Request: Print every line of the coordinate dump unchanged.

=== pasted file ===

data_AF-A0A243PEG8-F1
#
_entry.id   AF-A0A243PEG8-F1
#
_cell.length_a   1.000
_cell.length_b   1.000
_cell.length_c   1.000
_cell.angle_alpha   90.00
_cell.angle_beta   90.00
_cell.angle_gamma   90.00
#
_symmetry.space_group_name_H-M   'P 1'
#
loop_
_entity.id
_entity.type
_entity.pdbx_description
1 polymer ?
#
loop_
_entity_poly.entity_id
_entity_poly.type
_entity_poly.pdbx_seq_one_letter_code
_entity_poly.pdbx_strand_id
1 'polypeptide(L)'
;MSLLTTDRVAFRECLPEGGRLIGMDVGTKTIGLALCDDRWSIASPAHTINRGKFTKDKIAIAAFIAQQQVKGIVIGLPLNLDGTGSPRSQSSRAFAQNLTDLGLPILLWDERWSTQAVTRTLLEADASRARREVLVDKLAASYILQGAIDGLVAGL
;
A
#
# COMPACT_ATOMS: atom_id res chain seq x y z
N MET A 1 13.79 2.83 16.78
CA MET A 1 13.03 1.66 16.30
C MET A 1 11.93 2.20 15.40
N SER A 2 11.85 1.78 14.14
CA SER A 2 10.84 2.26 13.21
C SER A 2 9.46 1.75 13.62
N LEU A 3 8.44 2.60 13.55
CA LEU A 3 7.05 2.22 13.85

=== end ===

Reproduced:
data_AF-A0A243PEG8-F1
#
_entry.id   AF-A0A243PEG8-F1
#
_cell.length_a   1.000
_cell.length_b   1.000
_cell.length_c   1.000
_cell.angle_alpha   90.00
_cell.angle_beta   90.00
_cell.angle_gamma   90.00
#
_symmetry.space_group_name_H-M   'P 1'
#
loop_
_entity.id
_entity.type
_entity.pdbx_description
1 polymer ?
#
loop_
_entity_poly.entity_id
_entity_poly.type
_entity_poly.pdbx_seq_one_letter_code
_entity_poly.pdbx_strand_id
1 'polypeptide(L)'
;MSLLTTDRVAFRECLPEGGRLIGMDVGTKTIGLALCDDRWSIASPAHTINRGKFTKDKIAIAAFIAQQQVKGIVIGLPLNLDGTGSPRSQSSRAFAQNLTDLGLPILLWDERWSTQAVTRTLLEADASRARREVLVDKLAASYILQGAIDGLVAGL
;
A
#
# COMPACT_ATOMS: atom_id res chain seq x y z
N MET A 1 13.79 2.83 16.78
CA MET A 1 13.03 1.66 16.30
C MET A 1 11.93 2.20 15.40
N SER A 2 11.85 1.78 14.14
CA SER A 2 10.84 2.26 13.21
C SER A 2 9.46 1.75 13.62
N LEU A 3 8.44 2.60 13.55
CA LEU A 3 7.05 2.22 13.85